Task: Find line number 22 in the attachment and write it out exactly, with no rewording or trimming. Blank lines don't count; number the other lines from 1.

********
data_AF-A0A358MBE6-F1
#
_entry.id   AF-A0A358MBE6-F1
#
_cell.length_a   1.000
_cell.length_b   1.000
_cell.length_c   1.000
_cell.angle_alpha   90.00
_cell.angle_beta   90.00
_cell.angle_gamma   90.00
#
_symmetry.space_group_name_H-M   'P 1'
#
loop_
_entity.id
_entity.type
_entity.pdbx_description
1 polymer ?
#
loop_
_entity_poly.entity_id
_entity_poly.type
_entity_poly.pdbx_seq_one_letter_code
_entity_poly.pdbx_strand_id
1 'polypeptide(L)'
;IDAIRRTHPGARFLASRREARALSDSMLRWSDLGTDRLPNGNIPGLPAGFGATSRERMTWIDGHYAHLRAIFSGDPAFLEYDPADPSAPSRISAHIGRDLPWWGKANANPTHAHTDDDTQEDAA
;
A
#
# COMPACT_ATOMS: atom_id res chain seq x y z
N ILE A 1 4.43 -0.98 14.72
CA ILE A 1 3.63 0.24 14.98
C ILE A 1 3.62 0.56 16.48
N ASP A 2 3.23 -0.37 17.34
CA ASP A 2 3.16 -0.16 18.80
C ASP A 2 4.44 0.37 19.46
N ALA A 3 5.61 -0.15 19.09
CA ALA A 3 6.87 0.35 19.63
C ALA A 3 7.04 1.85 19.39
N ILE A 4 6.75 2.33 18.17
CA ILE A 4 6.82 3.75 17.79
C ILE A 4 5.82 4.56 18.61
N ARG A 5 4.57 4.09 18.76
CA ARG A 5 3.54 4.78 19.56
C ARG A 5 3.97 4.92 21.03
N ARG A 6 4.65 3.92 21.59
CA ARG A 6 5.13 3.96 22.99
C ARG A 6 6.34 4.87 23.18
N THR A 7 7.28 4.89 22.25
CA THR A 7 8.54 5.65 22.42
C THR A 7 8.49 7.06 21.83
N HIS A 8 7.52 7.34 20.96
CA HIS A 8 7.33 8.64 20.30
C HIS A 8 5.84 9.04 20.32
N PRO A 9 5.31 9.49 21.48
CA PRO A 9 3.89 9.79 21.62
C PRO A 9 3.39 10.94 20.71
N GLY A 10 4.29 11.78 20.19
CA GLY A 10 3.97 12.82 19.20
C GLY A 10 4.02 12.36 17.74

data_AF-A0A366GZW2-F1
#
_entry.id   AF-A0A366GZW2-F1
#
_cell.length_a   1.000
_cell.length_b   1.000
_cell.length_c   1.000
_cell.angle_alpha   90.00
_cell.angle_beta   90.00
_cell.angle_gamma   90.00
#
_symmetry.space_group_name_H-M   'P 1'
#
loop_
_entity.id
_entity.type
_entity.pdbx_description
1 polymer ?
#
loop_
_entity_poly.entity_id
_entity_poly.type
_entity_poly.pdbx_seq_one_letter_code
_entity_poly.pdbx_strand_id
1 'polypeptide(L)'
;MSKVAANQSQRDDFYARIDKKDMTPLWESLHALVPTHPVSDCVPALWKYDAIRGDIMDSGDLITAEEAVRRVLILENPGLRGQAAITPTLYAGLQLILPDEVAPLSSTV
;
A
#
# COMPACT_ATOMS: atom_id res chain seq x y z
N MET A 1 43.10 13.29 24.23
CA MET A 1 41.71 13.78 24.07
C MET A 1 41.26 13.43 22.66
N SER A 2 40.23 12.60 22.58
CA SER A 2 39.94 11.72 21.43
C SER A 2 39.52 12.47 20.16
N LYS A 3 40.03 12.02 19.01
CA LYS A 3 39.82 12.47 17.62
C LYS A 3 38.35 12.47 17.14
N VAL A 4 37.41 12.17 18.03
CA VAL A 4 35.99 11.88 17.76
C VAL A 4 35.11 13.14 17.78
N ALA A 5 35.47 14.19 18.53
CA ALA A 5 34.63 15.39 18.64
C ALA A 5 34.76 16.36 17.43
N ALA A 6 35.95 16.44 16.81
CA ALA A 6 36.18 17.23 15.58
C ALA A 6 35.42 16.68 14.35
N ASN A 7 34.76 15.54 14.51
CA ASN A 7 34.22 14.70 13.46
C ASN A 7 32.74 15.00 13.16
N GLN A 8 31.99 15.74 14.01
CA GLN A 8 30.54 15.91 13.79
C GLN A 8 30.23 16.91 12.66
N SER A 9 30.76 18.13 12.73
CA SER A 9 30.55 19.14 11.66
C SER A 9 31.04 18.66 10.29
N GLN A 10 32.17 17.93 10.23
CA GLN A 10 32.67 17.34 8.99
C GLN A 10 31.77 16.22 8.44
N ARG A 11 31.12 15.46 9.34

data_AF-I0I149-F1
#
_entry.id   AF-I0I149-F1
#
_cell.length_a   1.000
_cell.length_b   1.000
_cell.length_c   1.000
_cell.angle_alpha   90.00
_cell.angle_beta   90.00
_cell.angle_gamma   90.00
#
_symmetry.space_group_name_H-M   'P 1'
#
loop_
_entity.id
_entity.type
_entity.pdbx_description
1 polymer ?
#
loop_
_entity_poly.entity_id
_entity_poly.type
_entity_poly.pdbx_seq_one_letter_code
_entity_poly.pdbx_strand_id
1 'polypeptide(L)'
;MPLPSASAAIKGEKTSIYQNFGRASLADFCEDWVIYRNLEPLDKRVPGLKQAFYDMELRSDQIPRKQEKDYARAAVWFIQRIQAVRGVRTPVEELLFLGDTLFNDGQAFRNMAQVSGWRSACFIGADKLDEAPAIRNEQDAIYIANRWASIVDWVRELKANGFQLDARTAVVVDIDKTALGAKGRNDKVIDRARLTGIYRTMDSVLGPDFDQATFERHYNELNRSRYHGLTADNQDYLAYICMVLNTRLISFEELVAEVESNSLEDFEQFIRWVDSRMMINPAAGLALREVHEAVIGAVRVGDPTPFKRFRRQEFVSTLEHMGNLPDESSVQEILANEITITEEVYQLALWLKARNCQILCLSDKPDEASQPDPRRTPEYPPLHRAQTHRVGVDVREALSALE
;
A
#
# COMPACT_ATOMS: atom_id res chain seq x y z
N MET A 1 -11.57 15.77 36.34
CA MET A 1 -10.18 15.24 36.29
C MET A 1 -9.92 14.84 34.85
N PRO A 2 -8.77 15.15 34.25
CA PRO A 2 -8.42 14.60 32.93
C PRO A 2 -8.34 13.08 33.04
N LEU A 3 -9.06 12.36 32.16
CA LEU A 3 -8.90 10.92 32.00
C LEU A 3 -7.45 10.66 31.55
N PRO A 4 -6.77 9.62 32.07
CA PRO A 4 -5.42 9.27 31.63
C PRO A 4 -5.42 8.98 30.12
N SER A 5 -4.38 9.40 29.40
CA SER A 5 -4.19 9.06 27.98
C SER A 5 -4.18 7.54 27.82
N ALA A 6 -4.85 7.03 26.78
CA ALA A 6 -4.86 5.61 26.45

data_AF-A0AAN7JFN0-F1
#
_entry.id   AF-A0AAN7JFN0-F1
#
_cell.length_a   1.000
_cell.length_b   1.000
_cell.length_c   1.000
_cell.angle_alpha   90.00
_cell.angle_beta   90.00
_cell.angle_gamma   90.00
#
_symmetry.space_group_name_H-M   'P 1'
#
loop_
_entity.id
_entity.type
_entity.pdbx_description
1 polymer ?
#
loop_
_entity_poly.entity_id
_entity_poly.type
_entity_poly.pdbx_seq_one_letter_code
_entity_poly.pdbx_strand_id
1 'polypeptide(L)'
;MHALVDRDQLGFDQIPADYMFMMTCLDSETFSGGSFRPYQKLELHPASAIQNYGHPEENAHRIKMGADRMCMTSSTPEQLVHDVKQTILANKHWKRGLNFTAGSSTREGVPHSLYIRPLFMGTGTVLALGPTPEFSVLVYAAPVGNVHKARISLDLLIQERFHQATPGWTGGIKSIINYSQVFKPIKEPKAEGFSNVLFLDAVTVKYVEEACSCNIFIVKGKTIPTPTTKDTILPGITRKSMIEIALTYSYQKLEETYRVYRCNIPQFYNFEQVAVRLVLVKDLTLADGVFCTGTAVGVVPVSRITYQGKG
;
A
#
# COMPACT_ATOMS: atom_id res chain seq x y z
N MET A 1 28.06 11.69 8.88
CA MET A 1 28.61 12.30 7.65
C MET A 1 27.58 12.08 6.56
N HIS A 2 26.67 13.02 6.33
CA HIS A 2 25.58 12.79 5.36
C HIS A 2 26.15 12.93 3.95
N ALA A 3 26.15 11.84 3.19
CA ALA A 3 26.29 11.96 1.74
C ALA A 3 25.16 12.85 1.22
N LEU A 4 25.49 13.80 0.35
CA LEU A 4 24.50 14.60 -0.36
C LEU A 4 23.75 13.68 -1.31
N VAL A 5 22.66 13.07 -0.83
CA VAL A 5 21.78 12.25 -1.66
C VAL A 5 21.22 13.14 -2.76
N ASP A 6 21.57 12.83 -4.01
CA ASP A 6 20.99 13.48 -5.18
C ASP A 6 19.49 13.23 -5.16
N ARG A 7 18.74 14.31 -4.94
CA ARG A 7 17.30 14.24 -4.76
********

_entity_poly.type